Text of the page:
hosted by Brant Freeman for KGNB Radio 1420 AM out of New Braunfels. Thursday will mark the first edition of the show, as the two-year Bobcat coach will help lead fans up to the season opener Saturday at home against Tarleton State. Time Warner Cable’s News 8 Austin will air The David Bailiff Television Show twice a week, providing highlights of the weekend game and more in its 30-minute time slot. The show can be seen Sunday at 10:30 p.m. as well as Monday night at 7:30. Bailiff will break down the previous week’s game on his show, hosted by former Bobcat football player and Bobcat alumnus John Hygh. “I actually coached John when I was here with Coach (Dennis) Franchione,” Bailiff said. “I know John very well, enough to make fun of him every time I see him.” First airing is Sunday on News 8 Austin and News 8 Austin on Demand.

Texas State reunites with coach TURF TAKEOVER: Former San Marcos High School standout Alvin from ’83 title team Canady (22) could see extended action following the news that starting tailback Mitch Odom will miss the entire season. Canady

When Tarleton State coach redshirted last year after ending his Rattler career with 3,898 yards Sam McElroy steps onto the turf at Bobcat Stadium on Saturday, rushing and 56 touchdowns. it will be on familiar territory. McElroy, in his second year as coach of the Texans, is a Texas when the ball is free kicked the Walk-on mania State alumnus, having served game clock will start and will be on the staff from 1983 to 1985. stopped once the ball is marked Bobcat football held walk-on He was a graduate assistant on dead. The former ruling did not tryouts Aug. 23, the first day the team that won the Lone Star call for the game clock to start back for the fall semester. BaiConference crown under Jim O’ until the receiving team touched liff and company brought their Hara. the ball. The Bobcats recently squad number to a total of 110 “I know him very well,” Bailiff held a practice with the new players. said. “I haven’t talked to him in changes as the focus. “This was actually a highabout a year, though. He and I The second change says that quality walk-on that we attractused to recruit together at other on a change of possession, the ed,” Bailiff said. “There’s some schools. He’s a really good guy.” clock will start on the ready men that probably won’t help for play signal, not when it is the program this year, but they Season opener marks first run snapped, as was the case before. will down the road. We’re excitwith new rules Critics suggest the changes ed about some of these men.” will take approximately 10 to 77 students tried out this year The NCAA changed two rules 20 plays out of a game, making for the scout team, whose job it for the 2006 season, aimed at it more difficult to break estab- is to prepare the regular playspeeding up game time. lished records. ers for the weekend’s upcoming One new rule states that game.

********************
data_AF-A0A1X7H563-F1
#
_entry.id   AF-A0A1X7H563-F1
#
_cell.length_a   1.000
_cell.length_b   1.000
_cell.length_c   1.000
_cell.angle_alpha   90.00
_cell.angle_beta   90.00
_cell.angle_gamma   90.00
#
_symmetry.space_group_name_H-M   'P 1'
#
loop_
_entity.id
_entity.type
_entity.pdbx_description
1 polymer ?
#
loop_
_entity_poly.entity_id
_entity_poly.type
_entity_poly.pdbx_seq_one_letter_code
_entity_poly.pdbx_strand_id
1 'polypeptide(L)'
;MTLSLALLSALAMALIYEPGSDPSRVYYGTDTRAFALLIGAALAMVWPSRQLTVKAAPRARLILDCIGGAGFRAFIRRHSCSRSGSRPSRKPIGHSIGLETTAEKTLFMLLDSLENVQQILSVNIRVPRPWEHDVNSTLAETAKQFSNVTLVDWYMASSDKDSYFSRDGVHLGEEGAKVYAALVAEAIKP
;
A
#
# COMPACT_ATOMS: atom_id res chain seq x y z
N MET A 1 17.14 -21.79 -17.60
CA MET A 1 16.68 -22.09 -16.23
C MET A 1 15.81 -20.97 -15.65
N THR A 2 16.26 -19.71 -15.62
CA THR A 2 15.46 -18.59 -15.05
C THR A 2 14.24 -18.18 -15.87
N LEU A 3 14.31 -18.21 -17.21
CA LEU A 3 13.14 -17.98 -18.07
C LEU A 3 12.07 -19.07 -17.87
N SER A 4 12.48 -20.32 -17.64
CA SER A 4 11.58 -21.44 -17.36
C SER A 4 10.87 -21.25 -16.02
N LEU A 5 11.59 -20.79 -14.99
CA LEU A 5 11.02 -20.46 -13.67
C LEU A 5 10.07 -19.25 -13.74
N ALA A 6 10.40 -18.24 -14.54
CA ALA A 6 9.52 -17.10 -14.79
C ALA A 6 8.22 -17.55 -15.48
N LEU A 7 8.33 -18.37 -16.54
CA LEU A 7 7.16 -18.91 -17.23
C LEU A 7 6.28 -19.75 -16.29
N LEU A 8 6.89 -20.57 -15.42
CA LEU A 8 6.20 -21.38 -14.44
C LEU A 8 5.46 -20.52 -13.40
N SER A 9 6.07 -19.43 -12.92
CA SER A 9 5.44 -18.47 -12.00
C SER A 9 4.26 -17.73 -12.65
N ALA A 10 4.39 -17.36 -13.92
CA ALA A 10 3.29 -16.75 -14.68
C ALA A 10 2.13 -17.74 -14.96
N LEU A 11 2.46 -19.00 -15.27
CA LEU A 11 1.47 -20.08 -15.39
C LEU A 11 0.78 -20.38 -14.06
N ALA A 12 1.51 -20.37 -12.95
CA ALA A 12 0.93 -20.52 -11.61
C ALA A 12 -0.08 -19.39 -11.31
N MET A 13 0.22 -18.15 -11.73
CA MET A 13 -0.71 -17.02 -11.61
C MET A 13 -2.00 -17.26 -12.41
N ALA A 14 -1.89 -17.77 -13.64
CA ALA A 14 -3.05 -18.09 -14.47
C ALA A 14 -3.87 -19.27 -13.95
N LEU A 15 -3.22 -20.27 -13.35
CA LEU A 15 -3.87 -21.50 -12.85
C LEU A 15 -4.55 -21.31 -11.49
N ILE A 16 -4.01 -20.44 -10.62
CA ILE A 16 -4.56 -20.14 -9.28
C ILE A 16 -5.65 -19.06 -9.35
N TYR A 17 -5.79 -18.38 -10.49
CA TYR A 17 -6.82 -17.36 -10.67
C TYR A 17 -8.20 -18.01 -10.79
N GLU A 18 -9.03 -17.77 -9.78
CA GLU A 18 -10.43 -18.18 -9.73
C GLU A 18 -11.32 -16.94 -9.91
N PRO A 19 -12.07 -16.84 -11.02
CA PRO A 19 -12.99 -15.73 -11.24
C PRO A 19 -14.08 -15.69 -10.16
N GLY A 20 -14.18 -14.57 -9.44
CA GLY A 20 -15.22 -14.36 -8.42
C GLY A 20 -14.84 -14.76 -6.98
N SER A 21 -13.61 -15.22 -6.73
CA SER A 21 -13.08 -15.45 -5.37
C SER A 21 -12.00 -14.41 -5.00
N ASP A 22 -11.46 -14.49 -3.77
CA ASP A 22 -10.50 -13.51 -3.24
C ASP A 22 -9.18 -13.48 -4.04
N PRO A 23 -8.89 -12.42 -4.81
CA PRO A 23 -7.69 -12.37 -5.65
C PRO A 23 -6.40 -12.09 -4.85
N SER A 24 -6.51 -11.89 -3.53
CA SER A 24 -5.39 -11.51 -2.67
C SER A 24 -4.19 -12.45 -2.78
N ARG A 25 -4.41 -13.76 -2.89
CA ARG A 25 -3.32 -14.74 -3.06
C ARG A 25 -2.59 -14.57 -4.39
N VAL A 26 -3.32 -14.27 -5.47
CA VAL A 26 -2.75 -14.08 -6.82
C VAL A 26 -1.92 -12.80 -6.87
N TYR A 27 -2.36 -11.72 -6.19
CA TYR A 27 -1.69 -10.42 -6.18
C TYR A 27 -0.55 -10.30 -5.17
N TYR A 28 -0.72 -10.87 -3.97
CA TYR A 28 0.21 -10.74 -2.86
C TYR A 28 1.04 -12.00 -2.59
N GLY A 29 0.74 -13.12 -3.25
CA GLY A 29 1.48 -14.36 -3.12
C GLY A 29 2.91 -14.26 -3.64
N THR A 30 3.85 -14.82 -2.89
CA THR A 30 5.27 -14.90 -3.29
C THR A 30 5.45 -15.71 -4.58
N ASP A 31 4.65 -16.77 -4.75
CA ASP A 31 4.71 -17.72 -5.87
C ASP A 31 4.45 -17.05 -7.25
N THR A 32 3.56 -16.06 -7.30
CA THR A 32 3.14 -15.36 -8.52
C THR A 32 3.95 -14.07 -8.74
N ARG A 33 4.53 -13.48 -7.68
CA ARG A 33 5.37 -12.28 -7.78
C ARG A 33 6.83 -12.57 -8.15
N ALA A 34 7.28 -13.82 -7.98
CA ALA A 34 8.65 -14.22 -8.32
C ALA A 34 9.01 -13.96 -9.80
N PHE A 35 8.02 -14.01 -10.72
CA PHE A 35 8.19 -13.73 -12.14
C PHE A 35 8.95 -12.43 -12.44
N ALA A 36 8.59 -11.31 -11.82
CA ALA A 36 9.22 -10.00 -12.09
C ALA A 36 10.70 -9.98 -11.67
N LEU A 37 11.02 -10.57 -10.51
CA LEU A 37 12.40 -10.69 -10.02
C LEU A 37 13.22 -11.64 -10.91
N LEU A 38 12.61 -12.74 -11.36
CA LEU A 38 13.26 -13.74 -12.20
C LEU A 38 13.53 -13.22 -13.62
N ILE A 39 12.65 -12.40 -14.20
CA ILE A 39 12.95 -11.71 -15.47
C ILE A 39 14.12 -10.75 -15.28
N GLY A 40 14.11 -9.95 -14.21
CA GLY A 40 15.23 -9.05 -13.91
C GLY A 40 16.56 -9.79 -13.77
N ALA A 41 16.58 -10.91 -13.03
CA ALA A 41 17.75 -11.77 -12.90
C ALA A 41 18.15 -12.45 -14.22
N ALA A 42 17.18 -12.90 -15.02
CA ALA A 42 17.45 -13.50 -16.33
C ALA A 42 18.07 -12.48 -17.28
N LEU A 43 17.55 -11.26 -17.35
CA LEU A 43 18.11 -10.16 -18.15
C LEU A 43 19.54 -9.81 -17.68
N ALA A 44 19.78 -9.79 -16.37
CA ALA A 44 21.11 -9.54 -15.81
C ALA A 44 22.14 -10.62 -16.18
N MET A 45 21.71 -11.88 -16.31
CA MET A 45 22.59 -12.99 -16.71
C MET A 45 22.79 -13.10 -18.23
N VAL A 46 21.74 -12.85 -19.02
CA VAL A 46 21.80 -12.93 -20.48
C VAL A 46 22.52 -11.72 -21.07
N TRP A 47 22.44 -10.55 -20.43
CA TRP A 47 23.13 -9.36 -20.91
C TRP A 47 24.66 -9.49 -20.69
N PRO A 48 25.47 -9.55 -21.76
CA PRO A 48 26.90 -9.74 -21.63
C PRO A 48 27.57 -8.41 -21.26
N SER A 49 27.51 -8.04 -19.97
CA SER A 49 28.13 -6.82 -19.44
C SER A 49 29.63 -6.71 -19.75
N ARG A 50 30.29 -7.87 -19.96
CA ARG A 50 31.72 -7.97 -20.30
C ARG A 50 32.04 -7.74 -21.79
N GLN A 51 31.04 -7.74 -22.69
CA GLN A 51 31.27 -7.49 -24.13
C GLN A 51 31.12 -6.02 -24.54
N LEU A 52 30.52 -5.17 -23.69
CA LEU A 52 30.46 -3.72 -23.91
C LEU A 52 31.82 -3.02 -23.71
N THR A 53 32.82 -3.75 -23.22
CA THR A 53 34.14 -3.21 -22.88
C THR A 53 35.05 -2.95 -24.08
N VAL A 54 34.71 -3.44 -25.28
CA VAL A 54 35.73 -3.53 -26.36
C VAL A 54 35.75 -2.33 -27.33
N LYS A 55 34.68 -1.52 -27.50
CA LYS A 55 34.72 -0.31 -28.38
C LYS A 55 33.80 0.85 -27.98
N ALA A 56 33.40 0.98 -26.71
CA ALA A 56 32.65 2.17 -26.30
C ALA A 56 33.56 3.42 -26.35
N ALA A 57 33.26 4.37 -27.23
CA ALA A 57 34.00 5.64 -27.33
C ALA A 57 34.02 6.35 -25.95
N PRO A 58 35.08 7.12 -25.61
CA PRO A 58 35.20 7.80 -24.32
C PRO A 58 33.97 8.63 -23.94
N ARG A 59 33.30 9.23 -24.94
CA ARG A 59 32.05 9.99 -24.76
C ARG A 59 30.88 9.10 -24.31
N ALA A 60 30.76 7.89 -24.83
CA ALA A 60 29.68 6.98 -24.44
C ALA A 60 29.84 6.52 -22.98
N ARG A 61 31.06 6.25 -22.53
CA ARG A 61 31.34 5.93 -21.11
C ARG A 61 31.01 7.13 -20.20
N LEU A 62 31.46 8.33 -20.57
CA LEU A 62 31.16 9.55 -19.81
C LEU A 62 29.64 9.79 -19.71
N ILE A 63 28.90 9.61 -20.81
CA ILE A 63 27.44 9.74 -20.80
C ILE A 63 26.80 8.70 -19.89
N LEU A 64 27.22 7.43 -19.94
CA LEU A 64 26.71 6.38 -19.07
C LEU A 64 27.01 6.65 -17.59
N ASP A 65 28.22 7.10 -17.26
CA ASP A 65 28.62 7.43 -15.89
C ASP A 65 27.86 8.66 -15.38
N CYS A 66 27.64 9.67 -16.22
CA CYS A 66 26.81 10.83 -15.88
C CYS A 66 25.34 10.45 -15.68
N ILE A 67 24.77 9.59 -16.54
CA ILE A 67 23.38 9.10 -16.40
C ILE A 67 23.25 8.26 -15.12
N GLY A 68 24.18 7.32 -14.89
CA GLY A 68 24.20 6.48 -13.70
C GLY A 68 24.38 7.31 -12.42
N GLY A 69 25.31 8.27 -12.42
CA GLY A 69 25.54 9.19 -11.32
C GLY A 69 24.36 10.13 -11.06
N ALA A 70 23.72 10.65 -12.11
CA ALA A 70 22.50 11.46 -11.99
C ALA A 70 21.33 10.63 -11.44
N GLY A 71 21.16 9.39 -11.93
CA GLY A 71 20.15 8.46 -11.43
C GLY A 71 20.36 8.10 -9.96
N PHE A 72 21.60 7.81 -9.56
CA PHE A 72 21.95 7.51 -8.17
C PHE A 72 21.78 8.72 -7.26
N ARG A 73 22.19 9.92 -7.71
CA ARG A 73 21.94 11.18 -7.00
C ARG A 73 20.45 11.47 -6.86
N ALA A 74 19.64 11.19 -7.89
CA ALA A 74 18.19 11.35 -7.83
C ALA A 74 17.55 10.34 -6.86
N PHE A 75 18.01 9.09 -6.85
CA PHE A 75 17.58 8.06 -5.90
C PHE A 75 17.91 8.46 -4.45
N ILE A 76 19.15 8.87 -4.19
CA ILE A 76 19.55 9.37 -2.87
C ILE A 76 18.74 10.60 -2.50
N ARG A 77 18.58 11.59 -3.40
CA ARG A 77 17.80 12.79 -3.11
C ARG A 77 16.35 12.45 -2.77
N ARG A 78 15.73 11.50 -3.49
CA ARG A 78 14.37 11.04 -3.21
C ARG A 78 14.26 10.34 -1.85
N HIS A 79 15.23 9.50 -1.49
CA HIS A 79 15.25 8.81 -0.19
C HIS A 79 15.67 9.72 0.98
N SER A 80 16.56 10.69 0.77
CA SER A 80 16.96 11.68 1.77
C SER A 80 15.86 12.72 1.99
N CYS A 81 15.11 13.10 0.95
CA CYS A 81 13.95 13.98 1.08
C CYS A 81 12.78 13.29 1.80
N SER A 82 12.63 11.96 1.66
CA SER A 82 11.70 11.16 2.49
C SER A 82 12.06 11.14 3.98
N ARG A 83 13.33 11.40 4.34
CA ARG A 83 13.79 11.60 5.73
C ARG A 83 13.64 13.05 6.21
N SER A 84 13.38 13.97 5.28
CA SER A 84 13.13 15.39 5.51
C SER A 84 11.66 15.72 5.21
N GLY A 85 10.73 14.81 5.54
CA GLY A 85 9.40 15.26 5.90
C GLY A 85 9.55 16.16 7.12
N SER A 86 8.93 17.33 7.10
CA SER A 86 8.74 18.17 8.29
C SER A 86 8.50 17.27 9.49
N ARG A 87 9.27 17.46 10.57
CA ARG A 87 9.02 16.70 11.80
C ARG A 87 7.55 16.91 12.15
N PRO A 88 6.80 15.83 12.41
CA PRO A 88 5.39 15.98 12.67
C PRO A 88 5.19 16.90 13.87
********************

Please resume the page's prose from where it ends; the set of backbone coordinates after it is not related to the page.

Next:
Chris Boehm/Star photos IT’S SHOWTIME: Football coach David Bailiff gets his own TV show this fall, which will air Sunday and Monday nights. Hosted by Bobcat alumnus John Hygh, the broadcast will recap Saturday’s gridiron action.

“Everybody’s got a role on the success or failure of this football team,” Bailiff said. “They’ll actually meet and watch the videos (on the opponents) and try to duplicate everything they see on film, just to get us ready for Saturdays. Sophomore wide receiver Adrian Thomas, who caught a 42-yard touchdown in last year’s semifinal against Northern Iowa, was originally a walk-on and eventually moved from the scout to the travel team. Paper or plastic? This season, H-E-B is the place to be Friday nights.

That’s where Bobcat players will be sacking groceries from 4 to 7 p.m. in an effort to continue positive relations with the community. “We’re going to use the redshirt freshmen and the guys that aren’t playing in (Saturday’s) game,” Bailiff said. “We’re just going to be carrying groceries to the cars for families. Dubbed the ‘Sack Party,’ the players will be working at the store located on the corner of Hopkins and Thorpe. “It’s a way we educate the community a bit more on what we are as a football program,” Bailiff said. “I think it’s going to be a lot of fun.”

08 30 2006